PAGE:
Sunday, March 14, 2010

The Basis of Race

On page 212, Coyne briefly discusses races as "populations of a species that are both geographically seperated and differ genetically in one or more traits". If this is true, what led to the evolution of difference races that we see today around the world ? How has sexual selection also driven the evolution of races? If races merely represent species living in different areas of the globe, should the characterisitics of different races be varied? Connect to natural seleciton and selective advantage in your response.


  1. Although races arise in a plethora of organisms, no example is more striking than humans. There are various driving forces behind the evolution of human race. The most obvious are abiotic factors. Skin, hair, and eye color vary due to amounts of melanin. Those living closest to the equator have the darkest skin which protects them from damaging sun rays. Move away from the equator, and skin color begins to gradually lighten. Since there is less frequent and less intense sunlight furthest from the equator, it is a waste of energy to produce immense amounts of melanin. Thus, organisms that had more energy to delegate to other processes had a selective advantage and were more likely to survive and reproduce. Another selective advantage of northern species is a larger body to provide warmth for essential internal organs. This reveals that the relationship between structure and function can serve as an evolutionary explanation for race.

    Another less obvious force behind evolution is sexual selection. This proposes that physical appearances differ among races merely because certain traits are deemed more attractive. This phenomenon explains the purpose of traits that seemed to have no function. The peacock is an archetype of sexual selection with its flashy feather display. These feathers serve no purpose in protection or hunting. In fact, the feathers would be a large waste of energy to produce had they aided in mate selection. Jerry Coyne provides a human example of the Japanese, whose straight hair and almond shaped eyes have no selective advantage in the environment. Coyne suggests "[an] empress in Asia...might have a penchant for men with straight black hair and almond shaped eyes...lo and behold, over time the curly-haired and round-eyed individuals will be largely replaced" (215).

    It is obvious that abiotic factors and sexual selection have been working together throughout the history of man to create races. However, it is important to remember that races are not sub-species. Races evolve through geographic separation that eventually leads to genetic diversity. This leads to certain alleles occurring at certain frequencies within close populations. The genetic differences between races is extremely small. In fact, there are no concrete distinctions. Race is more of a continuum than a dividing line. Thus, the evolution of race is a prime example of continuity and change of species.


  2. The most important thing to remember about race is that it is not a scientific term. It is a social classification used by a group in power to classify people of its appearance as "superior" and those of a different appearance as "inferior". The term first appeared in the Age of Discovery, when Europeans used physical appearance to discriminate between the white Europeans and the darker-skinned Africans and Americans whom they were attempting to subjugate. They associated dark skin with inferiority, and used this inferiority as justification for slavery (Wikipedia). The unfortunate consequences of racial distinction continue to dog society even today; although the United States achieved racial equality in the 1960s, racist undertones still exist in parts of the country. South Africa was governed by a white oligarchy under the system of apartheid all the way until 1993. With such distinctions being made, one might ask what the original reasons for the differences in appearance between races were.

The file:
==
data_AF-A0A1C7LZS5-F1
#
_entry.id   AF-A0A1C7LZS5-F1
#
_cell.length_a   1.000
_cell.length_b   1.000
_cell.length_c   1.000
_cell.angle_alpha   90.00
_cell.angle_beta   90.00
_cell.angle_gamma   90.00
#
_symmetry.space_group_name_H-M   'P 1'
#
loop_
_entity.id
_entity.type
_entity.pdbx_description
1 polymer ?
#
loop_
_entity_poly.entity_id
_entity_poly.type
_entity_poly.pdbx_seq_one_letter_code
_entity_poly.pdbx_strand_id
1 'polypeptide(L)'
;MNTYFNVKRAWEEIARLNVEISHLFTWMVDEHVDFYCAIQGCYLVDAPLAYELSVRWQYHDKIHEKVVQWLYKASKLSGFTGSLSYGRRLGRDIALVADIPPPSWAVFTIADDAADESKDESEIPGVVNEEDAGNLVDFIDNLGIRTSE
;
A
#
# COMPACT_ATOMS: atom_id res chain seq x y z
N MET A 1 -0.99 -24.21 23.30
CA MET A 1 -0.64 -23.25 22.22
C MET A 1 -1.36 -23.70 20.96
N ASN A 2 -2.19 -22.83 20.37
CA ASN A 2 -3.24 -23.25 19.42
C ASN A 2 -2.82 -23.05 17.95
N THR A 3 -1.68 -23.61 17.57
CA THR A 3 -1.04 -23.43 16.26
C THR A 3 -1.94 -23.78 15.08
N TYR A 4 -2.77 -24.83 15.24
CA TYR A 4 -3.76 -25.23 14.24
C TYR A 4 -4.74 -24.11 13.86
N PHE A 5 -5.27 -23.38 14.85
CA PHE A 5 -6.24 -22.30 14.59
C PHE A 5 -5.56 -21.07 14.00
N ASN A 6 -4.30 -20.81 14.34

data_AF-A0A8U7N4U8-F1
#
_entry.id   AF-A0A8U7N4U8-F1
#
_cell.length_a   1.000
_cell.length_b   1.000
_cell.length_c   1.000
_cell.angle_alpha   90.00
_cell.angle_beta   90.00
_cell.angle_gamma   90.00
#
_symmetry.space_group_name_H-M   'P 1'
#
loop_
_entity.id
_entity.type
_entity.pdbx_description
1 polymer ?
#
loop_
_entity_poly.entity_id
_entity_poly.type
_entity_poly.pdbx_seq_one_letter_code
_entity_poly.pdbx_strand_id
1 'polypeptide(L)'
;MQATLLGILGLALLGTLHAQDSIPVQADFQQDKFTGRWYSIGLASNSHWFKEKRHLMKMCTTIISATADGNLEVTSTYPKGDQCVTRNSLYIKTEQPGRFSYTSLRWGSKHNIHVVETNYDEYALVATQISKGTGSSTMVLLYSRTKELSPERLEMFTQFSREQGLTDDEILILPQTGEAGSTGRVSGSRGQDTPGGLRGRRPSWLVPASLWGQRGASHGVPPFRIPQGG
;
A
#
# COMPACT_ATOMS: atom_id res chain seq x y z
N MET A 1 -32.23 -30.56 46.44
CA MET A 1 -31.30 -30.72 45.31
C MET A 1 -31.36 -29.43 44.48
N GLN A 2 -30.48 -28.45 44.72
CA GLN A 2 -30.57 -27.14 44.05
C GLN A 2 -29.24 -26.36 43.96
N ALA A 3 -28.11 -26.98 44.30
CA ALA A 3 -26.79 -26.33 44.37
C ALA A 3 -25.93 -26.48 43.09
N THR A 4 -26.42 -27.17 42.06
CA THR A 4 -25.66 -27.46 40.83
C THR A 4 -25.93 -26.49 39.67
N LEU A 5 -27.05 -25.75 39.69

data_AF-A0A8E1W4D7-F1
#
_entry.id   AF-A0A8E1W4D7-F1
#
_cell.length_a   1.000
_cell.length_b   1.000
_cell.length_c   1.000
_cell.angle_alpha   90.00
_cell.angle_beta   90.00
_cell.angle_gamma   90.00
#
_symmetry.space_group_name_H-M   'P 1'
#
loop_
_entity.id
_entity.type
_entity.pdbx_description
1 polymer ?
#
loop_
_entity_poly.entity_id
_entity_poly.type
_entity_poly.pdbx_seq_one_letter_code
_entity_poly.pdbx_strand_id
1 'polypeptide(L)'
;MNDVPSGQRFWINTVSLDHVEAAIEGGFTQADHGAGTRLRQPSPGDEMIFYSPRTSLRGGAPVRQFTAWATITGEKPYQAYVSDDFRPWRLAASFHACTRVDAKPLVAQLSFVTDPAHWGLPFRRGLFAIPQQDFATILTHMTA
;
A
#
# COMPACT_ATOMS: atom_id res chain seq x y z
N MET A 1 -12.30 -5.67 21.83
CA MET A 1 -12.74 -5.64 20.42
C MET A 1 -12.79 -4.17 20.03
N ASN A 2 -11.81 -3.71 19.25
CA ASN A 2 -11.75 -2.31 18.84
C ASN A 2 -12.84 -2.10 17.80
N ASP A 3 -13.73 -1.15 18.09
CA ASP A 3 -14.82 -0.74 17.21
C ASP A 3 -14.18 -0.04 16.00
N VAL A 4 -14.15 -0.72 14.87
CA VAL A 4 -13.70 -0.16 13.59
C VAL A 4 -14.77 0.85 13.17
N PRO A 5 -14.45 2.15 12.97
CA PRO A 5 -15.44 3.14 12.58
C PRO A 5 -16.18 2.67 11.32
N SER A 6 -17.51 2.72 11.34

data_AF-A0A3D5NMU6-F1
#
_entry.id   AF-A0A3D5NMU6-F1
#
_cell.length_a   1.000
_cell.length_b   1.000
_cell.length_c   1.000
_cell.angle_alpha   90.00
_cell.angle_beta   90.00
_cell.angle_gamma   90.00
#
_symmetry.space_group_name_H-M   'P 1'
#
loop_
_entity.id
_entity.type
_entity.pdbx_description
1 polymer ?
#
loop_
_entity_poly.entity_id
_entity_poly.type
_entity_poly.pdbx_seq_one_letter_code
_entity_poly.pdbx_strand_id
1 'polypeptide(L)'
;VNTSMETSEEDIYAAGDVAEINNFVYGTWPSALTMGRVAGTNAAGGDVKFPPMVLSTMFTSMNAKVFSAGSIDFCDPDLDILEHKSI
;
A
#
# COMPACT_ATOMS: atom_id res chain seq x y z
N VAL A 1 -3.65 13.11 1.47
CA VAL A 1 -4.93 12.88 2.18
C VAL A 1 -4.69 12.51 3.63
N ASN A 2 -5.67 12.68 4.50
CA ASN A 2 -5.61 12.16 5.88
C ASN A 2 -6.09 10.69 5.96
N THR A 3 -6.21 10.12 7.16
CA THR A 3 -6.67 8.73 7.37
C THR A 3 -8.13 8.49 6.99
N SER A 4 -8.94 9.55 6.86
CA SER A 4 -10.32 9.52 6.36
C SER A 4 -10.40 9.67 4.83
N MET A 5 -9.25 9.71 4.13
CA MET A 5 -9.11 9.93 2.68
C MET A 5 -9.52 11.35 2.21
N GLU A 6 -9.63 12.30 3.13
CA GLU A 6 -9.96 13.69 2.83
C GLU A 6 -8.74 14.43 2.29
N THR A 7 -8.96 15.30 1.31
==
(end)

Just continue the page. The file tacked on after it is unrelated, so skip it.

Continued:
As explained above, skin color differences can be easily explained by the need for (or lack of need for) melanin due to the strength of the sun. While melanin is useful in protection against UV rays, too much of it can inhibit creation of Vitamin D in the skin; Vitamin D helps prevent rickets and tuberculosis (215). However, one aspect of the creation of races that was not discussed above was the similarities in appearance between different races, such as Austronesians and Africans or Mongolians and Amerindians. This can be traced to human migration over the years. One might expect that natives of tropical South America would have skin as dark as that of tropical Africans, but this is not the case. The reason is that the Americas were populated by humans only 25,000 years ago, and South America would have been populated even later than this due to its distance from the Bering land bridge (Wikipedia). These migrants came from northeast Asia (Mongolia), a cold climate where melanin would inhibit Vitamin D production. 25,000 years is not enough to change the skin color of native South Americans to a very dark color by natural selection; the result has been more of a medium to pale brown color. Thus, the migratory roots of South American Indians cause them to have lighter skin than Africans.
    Sexual selection was also explained well above. However, I would like to bring up the point of intermarriage between races, which has become more socially acceptable in recent years. Currently, 2.4% of Americans are mixed race (Wikipedia), and this number will probably continue to rise. As the races mingle and sexual selection of race becomes less of a determining factor, we will most likely see decreased differences between the races as their genetic traits mingle and are passed down through the generations.